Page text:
Feb 6, 2012

Student Democracy: The agency of the few

Abraham Moussako

The SSMU General Assembly last week was the latest installment of an institution at McGill showcasing both the theoretical promise of direct democracy and the reality of its own illegitimacy. The theoretical promise comes from the reasonable idea that the student body of a university should have a say in how the university is run. This runs head on into the reality of direct democracy at McGill, which is that it is highly unrepresentative of the student body at large. While I had taken a passing interest in watching how our student government works, seeing that the assembly was debating a painting of Karl Marx—satirically or not—was what motivated me to actually attend.

What I first found striking about the Assembly was its similarity to a Model UN conference. Same placards, same stilted rules of debate, and the same generally impatient, almost restless buzz among some of the less committed attendees. The resolution under debate at the time was an amazingly dry one regarding the “Selection of the Financial Auditor.” There was not a particularly spirited debate on the idea, and it passed. The following resolution, regarding the formation of a student run café, was just as bland and inoffensive. 

The resolutions then began to hint at the radical agenda at hand. The resolution on frosh reform decried the current iteration as “heteronormative,” but was vague in terms of actual actions. In response to a question I posed, it was noted that the motion would simply act as a form of public approval over talks to reform frosh the SSMU was already having internally. There was a bit of a dust-up as one attendee fought to have included a redundant amendment that would codify that the event would be in accordance with the SSMU’s equity policy. As with some of the more passionate attendees to the Assembly, she spoke as if these words were all that would keep frosh from descending to a nest of homophobic misogyny. On that subject, someone else suggested adding rather dramatically-termed “anti-oppression” rape culture workshops to the resolution.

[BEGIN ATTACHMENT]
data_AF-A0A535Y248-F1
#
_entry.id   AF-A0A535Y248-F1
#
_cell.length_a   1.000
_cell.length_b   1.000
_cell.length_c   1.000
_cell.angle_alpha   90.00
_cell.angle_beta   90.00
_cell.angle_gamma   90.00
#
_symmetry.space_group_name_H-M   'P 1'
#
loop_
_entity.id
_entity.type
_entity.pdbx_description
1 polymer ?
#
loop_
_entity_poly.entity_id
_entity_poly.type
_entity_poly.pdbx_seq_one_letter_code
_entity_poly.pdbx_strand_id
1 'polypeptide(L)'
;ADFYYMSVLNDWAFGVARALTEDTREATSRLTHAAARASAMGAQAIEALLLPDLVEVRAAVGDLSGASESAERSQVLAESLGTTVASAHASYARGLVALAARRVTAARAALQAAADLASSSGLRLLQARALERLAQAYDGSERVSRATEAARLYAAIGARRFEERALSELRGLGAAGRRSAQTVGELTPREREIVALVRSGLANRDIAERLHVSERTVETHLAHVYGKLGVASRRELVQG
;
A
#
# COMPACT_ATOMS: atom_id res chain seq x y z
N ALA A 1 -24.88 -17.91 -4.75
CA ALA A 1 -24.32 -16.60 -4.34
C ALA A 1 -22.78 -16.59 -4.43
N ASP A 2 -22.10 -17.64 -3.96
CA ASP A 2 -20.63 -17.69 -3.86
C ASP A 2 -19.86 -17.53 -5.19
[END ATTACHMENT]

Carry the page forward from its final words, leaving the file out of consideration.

Midway through the debate on frosh reform, the assembly mercifully lost quorum and became a “consultative body,” presumably meaning that the printed minutes of the meeting were now worth slightly less than a roll of sanitary paper. The debate on “negative corporate influence on campus” seemed to be tailor-made for the members of the “protest class” in attendance. A spirited back and forth ensued, as some argued that McGill should free itself from the yoke of purportedly corrupting corporate influence, while others pointed out the financial difficulty of reducing corporate partnerships. But these are the same voices that call for frozen tuition fees and higher wages for striking faculty. The response, that the university should “reevaluate its administrative priorities,” was the sort of line that drew passionate applause from quarters of the audience—and completely absolved the speaker from engaging with the argument.

Later, an attendee ludicrously suggested the assembly was in violation of anti-sexism policies because only men had spoken. The suggestion was that the two women who at the time were in line for the microphone should be moved to the front; presumably the fact that they had stood up later than the others was a sign of an “oppressive power structure.”

Debate drifted on to the consideration of a “student strike ‘solidarity’ fund.” The proposed fund, to be paid out of general SSMU funds, was yet another symbol of the apparatus—and in this case, the money—of the majority of students appropriated to support the agenda of the vocal few. The last serious resolution of the night was a move to condemn the federal crime bill, C-10. My own skepticism on the bill aside, the student union of McGill running a public advocacy campaign against it would be just about as effective as anything the government of Mauritius has to say on the U.S. elections. The Harper government does not exactly court—or care about—the approval of left-wing college students.

After a debate on a satirical resolution on chess sets for Gerts, the motion on a Karl Marx painting was put forth. Some of the more rational students in attendance half-jokingly attempted to amend the resolution to require an equally-sized painting of Adam Smith. The amendment was declared “not topical,” and the resolution on the whole proceeded to a vote. The painting was eventually rejected by the assembly. A small and symbolic victory in an assembly that had been reduced to a small and symbolic body hours ago, but a victory for reason nonetheless.  

What to do to fix the structure of student government is a topic for another column. What I can say here is that any structural reform of campus politics would do well to be accompanied by an attitude adjustment.

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